Insomnia gets worse as you age, but these 5 tips can help you sleep better

Insomnia can affect anyone of any age, but research shows that it is a particularly common problem in older adults. About 50% of adults aged 60 and older experience poor sleep. Our bodies are constantly changing as the years go by, and our sleep is often an unfortunate victim of growing up. There seem to be several explanations for this.

The natural processes that take place as you age, coupled with common external factors, are a recipe for deteriorating sleep quality, and it’s important to understand what’s happening so you can move forward and try to put a stop to poor sleep. to take.

Sleep plays a key role in maintaining our mental and physical health. Ordinary sleep deprivation increases your risk of serious health problems, including heart disease, diabetes, stroke, depression, and even dementia. Continue below for help getting you back to a healthy sleep schedule and to learn more about the effects of aging on sleep.

How sleep patterns change as we age

External factors aside, it is common for older adults to experience a change in sleep patterns due to sleep disturbances circadian rhythm. The area of ​​the brain called the suprachiasmatic nucleus, which is responsible for regulating our body’s circadian rhythm, known as our internal clock, weakens as we age. As a result, it disrupts your usual rhythms, altering your sleep and hunger cycles.

Aging also appears to affect the body’s production of key sleep-inducing hormones. In old age, the body produces less melatonin, a hormone affected by darkness that is released around bedtime and promotes feelings of sleepiness.

Research shows that seniors spend more time in lighter stages of sleep and less time in REM or deep sleep, causing them to wake up more often.

5 ways to sleep better

  • Set up your bedroom for a good night’s sleep: Your bedroom should be a distraction-free zone that limits sleep disturbance and promotes total comfort. Have a mattress that is comfortable and accommodating to your specific needs, whether it helps reduce back pain, cool hot sleepers or offers a gentle pressure relief for those who struggle with joint pain. It should also be dark and cool. Cover windows with curtains and limit the light in your bedroom as much as possible.
  • Practice good sleep hygiene: Help maintain your circadian rhythm and promote sleepiness by following a nighttime routine. Go to bed at a fixed time every night. Have a bedtime routine that includes a relaxing activity, such as reading, taking a bath, or stretching. Stay off tech devices for an hour and a half before going to bed, and avoid substances like alcohol or tobacco that can disrupt your sleep.
  • Excercise: Just 30 minutes of exercise a day can help promote better sleep in older adults, among other benefits such as improved mental health, disease prevention and increased social engagement.
  • Participate in local activities or clubs: Anxiety is a huge detriment to sleep. If you feel lonely and think that low social interaction leads to poor sleep quality and general mental health, find a local group or club that does activities you enjoy. According to Harvard, spending time with others can help improve well-being, reduce the risk of depression and even extend longevity.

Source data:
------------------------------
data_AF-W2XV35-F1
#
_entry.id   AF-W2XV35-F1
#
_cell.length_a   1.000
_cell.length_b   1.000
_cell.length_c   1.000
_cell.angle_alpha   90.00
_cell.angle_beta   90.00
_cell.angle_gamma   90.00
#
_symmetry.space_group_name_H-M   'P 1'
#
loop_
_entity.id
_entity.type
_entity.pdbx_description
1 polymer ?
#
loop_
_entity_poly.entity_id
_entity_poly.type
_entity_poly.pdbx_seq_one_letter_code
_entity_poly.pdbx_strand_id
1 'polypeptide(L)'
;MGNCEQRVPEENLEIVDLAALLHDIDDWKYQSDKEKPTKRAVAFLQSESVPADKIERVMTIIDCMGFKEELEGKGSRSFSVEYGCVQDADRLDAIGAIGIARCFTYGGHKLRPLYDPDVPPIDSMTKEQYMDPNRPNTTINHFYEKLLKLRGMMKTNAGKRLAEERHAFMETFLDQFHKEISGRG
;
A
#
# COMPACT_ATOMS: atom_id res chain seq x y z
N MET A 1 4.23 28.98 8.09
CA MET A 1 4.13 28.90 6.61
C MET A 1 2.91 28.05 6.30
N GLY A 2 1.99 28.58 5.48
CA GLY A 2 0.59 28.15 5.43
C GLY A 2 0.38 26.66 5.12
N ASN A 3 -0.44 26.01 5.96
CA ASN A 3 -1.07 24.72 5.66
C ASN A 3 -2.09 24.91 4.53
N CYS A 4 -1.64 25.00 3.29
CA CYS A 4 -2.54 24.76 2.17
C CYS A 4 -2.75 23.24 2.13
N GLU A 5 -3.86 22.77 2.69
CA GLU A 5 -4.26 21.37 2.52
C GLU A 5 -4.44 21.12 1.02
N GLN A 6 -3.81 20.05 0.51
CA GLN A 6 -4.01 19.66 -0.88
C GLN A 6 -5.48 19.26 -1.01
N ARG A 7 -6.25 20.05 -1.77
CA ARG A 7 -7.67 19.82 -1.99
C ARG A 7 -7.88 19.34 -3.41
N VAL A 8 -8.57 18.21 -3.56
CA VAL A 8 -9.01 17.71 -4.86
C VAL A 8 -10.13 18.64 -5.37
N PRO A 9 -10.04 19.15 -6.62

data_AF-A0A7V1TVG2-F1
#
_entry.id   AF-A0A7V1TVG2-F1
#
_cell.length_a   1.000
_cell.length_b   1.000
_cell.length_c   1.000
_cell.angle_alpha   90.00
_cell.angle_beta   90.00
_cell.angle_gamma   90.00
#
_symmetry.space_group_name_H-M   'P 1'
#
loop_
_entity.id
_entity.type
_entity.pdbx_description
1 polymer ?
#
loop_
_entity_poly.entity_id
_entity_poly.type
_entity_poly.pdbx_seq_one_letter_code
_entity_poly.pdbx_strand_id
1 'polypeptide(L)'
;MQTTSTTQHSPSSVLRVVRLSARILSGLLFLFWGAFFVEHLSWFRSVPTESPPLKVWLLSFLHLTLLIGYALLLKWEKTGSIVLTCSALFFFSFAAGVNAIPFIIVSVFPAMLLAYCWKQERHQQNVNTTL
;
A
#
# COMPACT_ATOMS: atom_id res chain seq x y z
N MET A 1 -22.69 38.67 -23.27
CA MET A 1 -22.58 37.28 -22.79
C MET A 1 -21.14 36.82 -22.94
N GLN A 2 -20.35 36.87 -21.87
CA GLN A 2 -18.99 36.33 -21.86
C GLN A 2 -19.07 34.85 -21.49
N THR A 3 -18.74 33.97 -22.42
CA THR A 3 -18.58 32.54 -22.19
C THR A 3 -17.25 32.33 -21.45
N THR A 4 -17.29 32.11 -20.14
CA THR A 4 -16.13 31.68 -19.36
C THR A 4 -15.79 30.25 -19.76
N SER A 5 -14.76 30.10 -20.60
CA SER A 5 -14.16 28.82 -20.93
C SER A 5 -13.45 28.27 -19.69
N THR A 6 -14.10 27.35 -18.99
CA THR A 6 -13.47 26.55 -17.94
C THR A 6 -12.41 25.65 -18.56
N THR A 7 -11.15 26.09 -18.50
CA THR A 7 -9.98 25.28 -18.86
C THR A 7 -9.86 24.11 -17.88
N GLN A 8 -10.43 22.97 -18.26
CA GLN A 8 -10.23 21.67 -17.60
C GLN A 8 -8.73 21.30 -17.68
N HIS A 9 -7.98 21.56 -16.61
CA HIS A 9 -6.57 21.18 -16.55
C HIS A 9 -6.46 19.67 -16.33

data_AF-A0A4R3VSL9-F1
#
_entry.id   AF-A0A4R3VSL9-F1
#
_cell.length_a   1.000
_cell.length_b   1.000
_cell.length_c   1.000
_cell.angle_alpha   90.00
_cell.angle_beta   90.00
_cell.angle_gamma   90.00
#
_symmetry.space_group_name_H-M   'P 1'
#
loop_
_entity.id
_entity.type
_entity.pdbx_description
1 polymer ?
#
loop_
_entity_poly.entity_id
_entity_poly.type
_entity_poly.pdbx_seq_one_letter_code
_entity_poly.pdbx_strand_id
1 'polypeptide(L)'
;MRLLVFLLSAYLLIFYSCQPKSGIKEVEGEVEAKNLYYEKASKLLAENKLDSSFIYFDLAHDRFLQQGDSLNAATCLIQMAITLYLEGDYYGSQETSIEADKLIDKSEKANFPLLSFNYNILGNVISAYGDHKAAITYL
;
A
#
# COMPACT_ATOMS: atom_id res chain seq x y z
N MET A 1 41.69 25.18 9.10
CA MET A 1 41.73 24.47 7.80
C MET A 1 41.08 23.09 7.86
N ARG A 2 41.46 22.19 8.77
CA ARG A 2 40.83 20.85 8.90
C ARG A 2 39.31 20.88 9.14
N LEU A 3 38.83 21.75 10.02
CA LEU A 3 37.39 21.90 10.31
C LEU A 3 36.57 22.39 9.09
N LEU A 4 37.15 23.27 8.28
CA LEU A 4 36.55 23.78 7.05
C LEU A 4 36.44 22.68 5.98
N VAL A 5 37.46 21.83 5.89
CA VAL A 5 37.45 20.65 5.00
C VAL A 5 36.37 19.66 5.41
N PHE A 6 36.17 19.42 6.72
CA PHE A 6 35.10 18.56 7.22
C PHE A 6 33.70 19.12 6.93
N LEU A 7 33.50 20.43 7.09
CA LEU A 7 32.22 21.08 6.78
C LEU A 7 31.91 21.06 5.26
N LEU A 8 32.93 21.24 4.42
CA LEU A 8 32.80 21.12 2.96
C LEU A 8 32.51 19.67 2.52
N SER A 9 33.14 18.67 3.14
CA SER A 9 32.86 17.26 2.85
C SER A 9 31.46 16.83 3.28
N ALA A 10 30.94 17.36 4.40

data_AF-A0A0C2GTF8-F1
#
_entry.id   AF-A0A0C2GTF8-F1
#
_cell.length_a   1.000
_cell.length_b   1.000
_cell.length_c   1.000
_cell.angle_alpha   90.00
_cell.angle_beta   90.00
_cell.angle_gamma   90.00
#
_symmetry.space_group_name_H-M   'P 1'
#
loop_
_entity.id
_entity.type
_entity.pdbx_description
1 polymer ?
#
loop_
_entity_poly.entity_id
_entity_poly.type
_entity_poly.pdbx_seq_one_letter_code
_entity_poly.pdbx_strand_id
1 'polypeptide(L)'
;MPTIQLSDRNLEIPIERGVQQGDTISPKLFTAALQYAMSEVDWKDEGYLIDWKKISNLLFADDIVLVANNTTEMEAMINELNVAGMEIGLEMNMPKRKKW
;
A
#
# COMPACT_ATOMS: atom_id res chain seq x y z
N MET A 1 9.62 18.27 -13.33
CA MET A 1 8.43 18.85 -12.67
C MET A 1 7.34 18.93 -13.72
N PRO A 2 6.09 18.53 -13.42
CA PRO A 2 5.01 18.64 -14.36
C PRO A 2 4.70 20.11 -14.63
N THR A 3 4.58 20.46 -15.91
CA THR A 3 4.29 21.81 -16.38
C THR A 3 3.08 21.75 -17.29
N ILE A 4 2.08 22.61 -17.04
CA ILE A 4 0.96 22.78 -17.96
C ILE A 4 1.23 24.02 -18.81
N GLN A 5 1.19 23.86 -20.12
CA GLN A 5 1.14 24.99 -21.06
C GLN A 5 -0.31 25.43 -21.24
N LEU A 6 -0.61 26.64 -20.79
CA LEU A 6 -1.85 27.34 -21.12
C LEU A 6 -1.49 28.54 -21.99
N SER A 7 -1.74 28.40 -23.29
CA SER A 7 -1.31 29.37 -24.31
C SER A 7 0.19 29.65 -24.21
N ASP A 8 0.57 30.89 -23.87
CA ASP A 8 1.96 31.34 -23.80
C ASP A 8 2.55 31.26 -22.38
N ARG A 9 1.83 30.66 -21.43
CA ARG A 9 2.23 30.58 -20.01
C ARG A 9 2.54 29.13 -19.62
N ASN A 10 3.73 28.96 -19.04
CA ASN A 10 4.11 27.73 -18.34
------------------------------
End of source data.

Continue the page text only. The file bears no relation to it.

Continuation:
• Adopt a pet: If medical conditions or other limitations keep you from getting as much exercise as you’d like, adopting a pet to keep you company indoors can help reduce loneliness. Pet owners are less likely to suffer from depression, feel less anxious, increase serotonin and dopamine, and even make 30% fewer visits to the doctor than those without.

Common sleep disorders in older adults

Aging in itself is not the cause of poor sleep. Other factors, such as health problems and daily habits, can contribute to the development of sleep disorders. Let’s see.

Health conditions

A stethoscope around a doctor's neck

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Physical and mental health issues also play an important role in an aging adult’s sleep quality. A study by the Sleep Foundation found that nearly a quarter of adults ages 65 to 84 had four or more health problems and were getting less than 6 hours of sleep per night.

Pain-producing conditions such as arthritis and fibromyalgia cause discomfort and sleep disturbances in older adults, in addition to other medical problems such as sleep apnea, diabetes, stress, anxiety, heart disease and depression. For those diagnosed with a combination of these conditions, a good night’s sleep can be difficult to achieve.


Nearly 9 in 10 adults age 65 or older report taking prescription medications, and not all medications are sleep friendly. Certain prescriptions such as amphetamines, antidepressants, and beta-blockers or high blood pressure medications can impair your quality of rest, while antihistamines and antipsychotics can cause daytime sleepiness.

Daily habits

With older age comes a slower routine and daily habits that play a role in reducing quality rest. Daytime naps, spending less time outside, and little exposure to natural light can disrupt your circadian rhythm. People who feel lonely due to little social interaction may also feel more anxiety and stress, which plays a role in poor sleep.

Try these for more help to sleep better six natural sleep aids And ways to relieve bedtime anxiety.

The information in this article is for educational and informational purposes only and is not intended as health or medical advice. Always consult a physician or other qualified healthcare provider if you have any questions about a medical condition or health goals.

Insomnia gets worse as you age, but these 5 tips can help you sleep better

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